Hummingbirds love flowers that are tubular, brightly colored, open during the day and have prolific nectar hidden deeply within. The ruby-throated hummingbird is the only one in the northern U.S., but the southwestern states can see as many as a dozen species that are all key to pollinating wildflowers.
Throughout the world, other species of birds also help in pollination. Honeycreepers in Hawaii, honeyeaters in Australia, brush-tongued parrots in New Guinea and sunbirds in the tropics are all great pollen movers.
Flower-visiting beetles --- such as soldier beetles, leaf beetles and snout beetles --- feed on pollen and nectar. Some have hairy tongues that scrape pollen and other use their mandibles, or jaws, to chew pollen grains.
Their hairy bodies trap pollen grains and lose some pollen as they travel from plant to plant, effectively pollinating. However, they often remain on one plant for a long time or forage between different species, so they aren't quite as good of pollinators as bees.
Like them or not, wasps visit flowers for nectar and in doing so can pick up pollen and transfer it as they go. Their bodies are not hairy like bees, so they are not anywhere near as good of pollinators, but they assist in the pollination process nonetheless.
Social wasps are carnivores and can aggressively protect their nests by stinging intruders. There are also solitary wasps, just like there are solitary bees, and do not aggressively defend their nests.
Many types of flies visit flowers to feed on pollen and nectar, making them effective pollinators as well. Bee flies have hairy bodies that can carry plenty of pollen, and they visit many flowers in a short period of time. Syrphid flies are also known as flower flies and mimic bees with their black and yellow coloring. They feed on both pollen and nectar. Tachinid and thick-headed flies also feed on nectar.
Did you know that it is only the female mosquito that bites humans? It feeds on blood for additional strength when it has eggs to lay. Otherwise, male mosquitoes feed solely on nectar, and females also drink nectar prior to mating. Like wasps, they will pick up a little pollen on their smooth bodies as they move from flower to flower.
Although the Midwest doesn't have any fruit- or nectar-eating bats, instead they are all insectivores, bats can be great pollinators in several areas of the world. Flower-visiting bats in tropical and desert climates --- such as Central America, Africa, southeast Asia and the Pacific Islands --- feed on the insects in the flowers as well as nectar and flower parts. More than 300 species of fruit depend on bats for pollination, including mangoes, bananas and guavas. Agave and the saguaro cactus also need bat pollination to survive.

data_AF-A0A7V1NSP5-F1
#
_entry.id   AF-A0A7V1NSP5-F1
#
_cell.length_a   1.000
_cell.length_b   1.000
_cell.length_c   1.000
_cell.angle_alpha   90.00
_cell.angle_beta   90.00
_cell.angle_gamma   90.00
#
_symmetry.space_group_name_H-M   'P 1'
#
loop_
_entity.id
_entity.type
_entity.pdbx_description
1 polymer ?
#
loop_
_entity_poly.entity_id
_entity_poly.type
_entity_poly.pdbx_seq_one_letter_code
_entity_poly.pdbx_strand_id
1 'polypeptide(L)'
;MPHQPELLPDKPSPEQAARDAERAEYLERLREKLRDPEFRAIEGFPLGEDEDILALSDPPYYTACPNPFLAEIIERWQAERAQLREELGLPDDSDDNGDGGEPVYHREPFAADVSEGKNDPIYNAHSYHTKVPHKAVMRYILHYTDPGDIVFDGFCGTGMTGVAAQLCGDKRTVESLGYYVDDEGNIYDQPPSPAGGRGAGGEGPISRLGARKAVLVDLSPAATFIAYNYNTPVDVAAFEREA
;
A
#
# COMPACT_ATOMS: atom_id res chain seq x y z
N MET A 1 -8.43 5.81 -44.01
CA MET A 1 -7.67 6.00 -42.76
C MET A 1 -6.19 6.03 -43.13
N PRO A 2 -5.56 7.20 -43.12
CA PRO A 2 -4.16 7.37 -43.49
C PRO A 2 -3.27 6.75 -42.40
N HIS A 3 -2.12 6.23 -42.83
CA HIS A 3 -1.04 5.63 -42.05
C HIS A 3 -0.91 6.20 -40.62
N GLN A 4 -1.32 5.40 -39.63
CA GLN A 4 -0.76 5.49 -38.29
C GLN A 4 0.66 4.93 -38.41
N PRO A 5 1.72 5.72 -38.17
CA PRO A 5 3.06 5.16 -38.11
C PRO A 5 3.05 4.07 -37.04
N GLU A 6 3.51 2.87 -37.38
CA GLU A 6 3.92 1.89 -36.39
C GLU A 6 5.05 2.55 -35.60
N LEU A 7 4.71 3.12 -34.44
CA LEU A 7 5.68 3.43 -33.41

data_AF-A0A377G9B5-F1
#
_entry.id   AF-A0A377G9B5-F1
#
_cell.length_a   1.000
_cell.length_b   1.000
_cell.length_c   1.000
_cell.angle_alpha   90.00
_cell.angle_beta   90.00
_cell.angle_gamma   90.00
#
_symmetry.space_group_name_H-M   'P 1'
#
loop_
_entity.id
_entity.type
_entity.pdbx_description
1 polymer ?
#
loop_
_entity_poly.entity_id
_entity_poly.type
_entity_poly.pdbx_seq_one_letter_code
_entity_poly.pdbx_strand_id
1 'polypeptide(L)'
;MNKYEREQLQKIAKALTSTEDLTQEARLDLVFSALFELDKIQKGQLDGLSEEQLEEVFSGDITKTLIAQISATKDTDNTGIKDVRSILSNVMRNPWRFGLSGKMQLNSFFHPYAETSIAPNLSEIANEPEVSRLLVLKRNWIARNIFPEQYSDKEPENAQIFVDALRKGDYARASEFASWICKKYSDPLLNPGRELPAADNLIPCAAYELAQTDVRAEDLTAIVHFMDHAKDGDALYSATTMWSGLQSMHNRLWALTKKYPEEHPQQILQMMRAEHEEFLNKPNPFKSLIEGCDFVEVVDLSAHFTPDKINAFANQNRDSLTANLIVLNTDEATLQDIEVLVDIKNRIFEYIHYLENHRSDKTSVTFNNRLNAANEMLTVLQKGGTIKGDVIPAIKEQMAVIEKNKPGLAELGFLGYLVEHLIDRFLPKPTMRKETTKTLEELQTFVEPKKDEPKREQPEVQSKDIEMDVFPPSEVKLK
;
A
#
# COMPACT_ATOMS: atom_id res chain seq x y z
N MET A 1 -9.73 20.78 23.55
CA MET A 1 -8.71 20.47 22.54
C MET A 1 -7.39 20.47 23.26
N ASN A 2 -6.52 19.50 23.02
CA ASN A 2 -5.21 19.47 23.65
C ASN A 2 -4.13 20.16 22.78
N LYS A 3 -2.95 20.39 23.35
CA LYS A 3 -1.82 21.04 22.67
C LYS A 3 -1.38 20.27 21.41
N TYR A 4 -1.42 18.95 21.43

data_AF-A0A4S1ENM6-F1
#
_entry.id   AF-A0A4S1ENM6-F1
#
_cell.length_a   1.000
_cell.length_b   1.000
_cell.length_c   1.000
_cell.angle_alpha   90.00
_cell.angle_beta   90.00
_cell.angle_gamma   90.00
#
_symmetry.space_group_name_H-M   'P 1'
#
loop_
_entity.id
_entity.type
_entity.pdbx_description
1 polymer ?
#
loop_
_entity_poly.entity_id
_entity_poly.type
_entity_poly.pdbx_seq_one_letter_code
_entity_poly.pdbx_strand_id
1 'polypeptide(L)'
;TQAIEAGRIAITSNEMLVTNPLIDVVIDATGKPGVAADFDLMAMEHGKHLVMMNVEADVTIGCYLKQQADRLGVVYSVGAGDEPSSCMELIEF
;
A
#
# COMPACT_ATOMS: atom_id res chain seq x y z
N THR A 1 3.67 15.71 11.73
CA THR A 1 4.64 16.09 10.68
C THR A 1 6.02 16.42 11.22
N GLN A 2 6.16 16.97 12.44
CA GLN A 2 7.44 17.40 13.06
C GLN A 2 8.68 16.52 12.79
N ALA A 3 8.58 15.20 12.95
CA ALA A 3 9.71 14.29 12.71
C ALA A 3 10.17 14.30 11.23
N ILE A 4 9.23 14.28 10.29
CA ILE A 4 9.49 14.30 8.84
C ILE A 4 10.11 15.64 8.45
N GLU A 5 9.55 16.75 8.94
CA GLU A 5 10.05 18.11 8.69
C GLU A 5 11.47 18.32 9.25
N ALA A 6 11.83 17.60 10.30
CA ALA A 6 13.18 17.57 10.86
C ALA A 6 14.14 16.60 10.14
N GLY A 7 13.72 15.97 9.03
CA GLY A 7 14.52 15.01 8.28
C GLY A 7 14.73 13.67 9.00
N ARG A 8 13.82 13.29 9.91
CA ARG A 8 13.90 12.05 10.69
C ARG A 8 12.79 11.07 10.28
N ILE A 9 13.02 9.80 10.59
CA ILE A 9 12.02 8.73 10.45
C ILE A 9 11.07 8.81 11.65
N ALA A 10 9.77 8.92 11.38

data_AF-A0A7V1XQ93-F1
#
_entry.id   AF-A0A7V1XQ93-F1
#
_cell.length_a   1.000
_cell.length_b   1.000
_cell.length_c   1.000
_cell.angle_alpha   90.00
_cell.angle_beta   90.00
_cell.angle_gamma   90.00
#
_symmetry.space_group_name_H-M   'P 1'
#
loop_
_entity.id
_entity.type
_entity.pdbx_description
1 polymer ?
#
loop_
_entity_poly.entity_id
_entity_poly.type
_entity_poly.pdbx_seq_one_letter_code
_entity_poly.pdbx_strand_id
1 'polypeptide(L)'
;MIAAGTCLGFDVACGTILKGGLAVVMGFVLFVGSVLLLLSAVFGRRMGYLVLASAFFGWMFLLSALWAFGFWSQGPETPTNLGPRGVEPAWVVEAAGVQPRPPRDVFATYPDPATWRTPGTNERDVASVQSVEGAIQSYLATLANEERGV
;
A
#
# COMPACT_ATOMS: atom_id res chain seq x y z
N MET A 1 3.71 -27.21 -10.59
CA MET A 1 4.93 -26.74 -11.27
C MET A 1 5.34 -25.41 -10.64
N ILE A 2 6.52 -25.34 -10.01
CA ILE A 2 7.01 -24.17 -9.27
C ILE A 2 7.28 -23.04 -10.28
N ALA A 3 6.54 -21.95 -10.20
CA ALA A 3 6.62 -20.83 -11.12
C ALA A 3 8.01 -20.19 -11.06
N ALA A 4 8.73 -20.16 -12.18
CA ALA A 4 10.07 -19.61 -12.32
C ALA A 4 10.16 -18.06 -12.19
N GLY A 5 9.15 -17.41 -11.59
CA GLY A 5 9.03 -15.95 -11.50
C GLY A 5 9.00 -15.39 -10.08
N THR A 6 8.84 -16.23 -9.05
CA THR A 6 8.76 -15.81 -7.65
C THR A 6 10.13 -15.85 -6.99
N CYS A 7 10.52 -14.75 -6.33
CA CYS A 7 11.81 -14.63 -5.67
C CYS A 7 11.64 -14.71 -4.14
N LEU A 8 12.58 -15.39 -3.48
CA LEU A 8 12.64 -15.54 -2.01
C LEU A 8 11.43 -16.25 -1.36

Ants, midges, tree squirrels --- so many animals visit flowers during their lives and end up carrying pollen with them. So, as much as we focus on bees and butterflies, remember that all creatures in nature are important, for their pollinating talents and so much more.
Pollinators are a huge topic of conversation in conservation today, and that’s why we have added the Pollinator Paradise addition to the Dickinson County Nature Center. As we enter into discussions about pollinators, we hear a lot of myths and misconceptions. Let’s take a look at a few. 1. I don’t want bees in the Read More »Read More
The pollinator world goes beyond just butterflies and bees, and it also goes beyond the borders of Iowa and the United States. Pollinators come in many shapes, sizes, colors and species, and they help plant communities around the world survive. (Eight forgotten pollinators) Let’s take a look at some interesting worldwide pollinators. North and South Read More »Read More
Slugs to flies, moths to beetles — pollinators come in many shapes and sizes beyond butterflies and bees. These pollinators help one-third of human food sources to grow, but some have become so common that they are seen more like pests instead of beneficial insects, and some have even been eradicated to the point of Read More »Read More
What if you couldn’t have any almonds or cashews in that nut mix you love to snack on? What if you couldn’t eat sesame chicken because sesame didn’t exist anymore? What if bananas, blueberries and tomatoes weren’t on the shelves anymore? One in three bites of food that we take is due to pollinators, and Read More »Read More
Most of the time bees can access pollen pretty easily on the anther of a flower, like in the video above; it is passively released by the flower and coats the hairs of pollinators that come to the flower to drink its nectar and gather its pollen. However, about eight percent of flowering plants have Read More »Read More